By far, my favorite client story came from Twilio’s Global Head of Culture and Inclusion, LaFawn Davis, regarding two organizations focused on expanding access to computer science for women and underrepresented minorities. Code.org, which is helping to bring computer science courses into K-12 classrooms, and Code2040, which is helping to bridge the economic gap in Black and Latino communities, by providing access to computer science education. Twilio also announced its new engineering apprenticeship program called Hatch, specifically targeting coding bootcamp grads from underrepresented groups in tech. After an inspirational general session, it was time for the breakout sessions! I really enjoyed how the sessions were organized. You could select from three tracks:
What I loved about the sessions was the variety of topics to choose from! There was literally something for everyone! I thought for sure, there wouldn’t be anything covering my first two loves, music and fashion, but there were! I attended a very cool session called: “Fashion Forward: Fashion Designers as the new UI Engineers,” led by Lisa Lang. She talked about the importance of training existing fashion designers in fundamental computer science concepts, and vice versa. If we don’t, we will never be able to create products that serve the purpose of being fashionable and functional. I was really impressed by this fun little situation, called The Dipper. It is part necklace and part headphone. A hybrid fashion phenomena! So awesome!
There was also a session called: “Crowdsourcing Music via WebSockets: Using Scalable Technologies to Enable Musical Expression,” led by Dan Gorelick. Being a classically trained pianist myself, this was a real treat! He discovered a way to make a software application melodic, by using a mix of Node.js, Web-Sockets and Open Sound control. During the session, we were able to log into the application and create a symphony! It didn’t sound like the symphony you’re used to hearing, as there were 150 of us all playing different notes in no particular order, and DEFINITELY not part of a melodic scale, but it was still quite awesome!
As I continued to map out my day, I noticed I was only choosing sessions in the “beginner” level. And honestly, I don’t even know if it was conscious or not, but once I realized it, I quickly thought, “well of course I should only attend the beginner sessions. I’m a beginner! And the intermediate and advanced topics will probably go over my head.” Then another voice (yes, I hear voices, and it’s totally normal, thank you very much) said, “you should ABSOLUTELY attend some of the intermediate and advanced sessions! It might NOT all go over your head and you will probably LEARN something!” I was so glad I listened to that other voice, which reminded me of something very important. As women, we are constantly self-conscious about a myriad of things, and this results in missing profound opportunities for knowledge and growth. Don't EVER believe that you're not good enough to do something, and always take advantage of a chance to learn something new. I truly believe that besides helping people, our purpose on this planet is to learn as much as we possibly can and share that knowledge with the next generation.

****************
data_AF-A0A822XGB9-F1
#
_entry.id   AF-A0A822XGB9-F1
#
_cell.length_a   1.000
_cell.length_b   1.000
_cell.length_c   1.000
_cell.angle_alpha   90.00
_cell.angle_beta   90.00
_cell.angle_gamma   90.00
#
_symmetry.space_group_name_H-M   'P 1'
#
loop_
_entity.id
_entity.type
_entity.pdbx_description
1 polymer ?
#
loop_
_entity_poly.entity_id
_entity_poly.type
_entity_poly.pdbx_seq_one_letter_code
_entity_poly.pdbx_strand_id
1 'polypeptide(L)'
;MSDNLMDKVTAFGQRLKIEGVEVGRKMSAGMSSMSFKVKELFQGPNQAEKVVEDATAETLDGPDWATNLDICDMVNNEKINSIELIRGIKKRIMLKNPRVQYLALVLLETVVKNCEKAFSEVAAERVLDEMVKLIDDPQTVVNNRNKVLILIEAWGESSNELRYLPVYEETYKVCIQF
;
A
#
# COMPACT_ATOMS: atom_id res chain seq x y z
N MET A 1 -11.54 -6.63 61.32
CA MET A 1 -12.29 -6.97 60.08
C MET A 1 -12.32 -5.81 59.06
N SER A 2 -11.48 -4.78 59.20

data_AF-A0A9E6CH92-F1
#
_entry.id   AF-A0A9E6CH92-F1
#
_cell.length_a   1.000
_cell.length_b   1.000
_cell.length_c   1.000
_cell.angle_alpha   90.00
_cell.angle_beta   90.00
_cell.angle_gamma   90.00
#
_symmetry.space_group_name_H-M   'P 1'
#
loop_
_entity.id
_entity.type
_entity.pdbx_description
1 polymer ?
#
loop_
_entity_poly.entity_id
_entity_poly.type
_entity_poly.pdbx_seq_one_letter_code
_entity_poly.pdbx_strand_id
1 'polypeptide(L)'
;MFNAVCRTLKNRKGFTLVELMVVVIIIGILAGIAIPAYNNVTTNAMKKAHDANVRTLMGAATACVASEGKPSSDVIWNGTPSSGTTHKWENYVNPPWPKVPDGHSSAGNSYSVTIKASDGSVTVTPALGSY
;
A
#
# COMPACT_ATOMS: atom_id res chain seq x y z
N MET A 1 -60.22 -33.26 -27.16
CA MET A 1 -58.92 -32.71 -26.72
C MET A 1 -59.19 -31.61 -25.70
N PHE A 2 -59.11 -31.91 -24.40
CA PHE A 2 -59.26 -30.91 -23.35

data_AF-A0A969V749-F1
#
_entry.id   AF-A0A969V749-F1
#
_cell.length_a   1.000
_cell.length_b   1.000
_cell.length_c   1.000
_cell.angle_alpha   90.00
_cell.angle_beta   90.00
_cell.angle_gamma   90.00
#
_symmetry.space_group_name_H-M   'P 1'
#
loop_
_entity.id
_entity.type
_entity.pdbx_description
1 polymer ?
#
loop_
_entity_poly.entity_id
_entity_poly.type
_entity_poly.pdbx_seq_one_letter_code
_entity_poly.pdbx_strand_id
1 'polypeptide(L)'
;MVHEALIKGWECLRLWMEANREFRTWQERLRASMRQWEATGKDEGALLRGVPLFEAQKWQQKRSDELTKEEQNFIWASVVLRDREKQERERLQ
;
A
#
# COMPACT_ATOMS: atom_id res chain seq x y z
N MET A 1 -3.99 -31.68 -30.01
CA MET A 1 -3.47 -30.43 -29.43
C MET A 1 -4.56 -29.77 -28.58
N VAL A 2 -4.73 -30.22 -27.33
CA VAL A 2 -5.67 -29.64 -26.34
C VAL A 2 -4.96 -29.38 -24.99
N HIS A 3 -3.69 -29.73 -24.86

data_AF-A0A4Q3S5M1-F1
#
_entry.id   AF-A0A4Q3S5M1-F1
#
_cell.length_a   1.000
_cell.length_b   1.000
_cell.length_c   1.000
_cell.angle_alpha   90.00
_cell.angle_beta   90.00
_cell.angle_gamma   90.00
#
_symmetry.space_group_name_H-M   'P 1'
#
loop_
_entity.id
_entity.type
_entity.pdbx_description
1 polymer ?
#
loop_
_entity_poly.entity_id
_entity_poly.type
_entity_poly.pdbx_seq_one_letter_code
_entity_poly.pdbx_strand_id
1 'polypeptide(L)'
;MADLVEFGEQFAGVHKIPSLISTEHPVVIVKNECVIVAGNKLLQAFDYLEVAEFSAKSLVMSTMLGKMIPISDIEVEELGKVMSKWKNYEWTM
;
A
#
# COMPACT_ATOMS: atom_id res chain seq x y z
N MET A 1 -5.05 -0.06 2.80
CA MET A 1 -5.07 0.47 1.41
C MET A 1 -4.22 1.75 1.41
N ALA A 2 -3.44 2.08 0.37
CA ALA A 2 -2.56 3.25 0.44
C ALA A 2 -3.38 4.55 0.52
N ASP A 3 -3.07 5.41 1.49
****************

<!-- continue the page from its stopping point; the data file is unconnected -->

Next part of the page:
With that said, here are a few more of my favorite sessions, with links so that you too can enjoy!
- Vue.js From the Back End: Building a Robust Front End to Compliment Your Back End: Cassidy Williams
- The WineBOT – How We Made a Robot That Pours Wine on Television: Andrew Pinzler
- Lucky: Examining the Barriers to Contributing to Open Source: Saron Yitbarek
- How I Used Alexa and Twilio to Wish My Dad a Happy Birthday: Amit Jotwani
- “The Cognitive Story Project” and Beyond: AI Models for the Human Brain: Tanmay Bakshi
- Digital Innovation in the Cognitive Era: Willie Tejada and Michael Ludden
- Voice Architecture Evolution – How Twilio Scaled Programmable Voice: Christer Fahlgren
Thanks again to Women Who Code for this amazing opportunity! If you have any questions or comments, please feel free to email me at: firstname.lastname@example.org.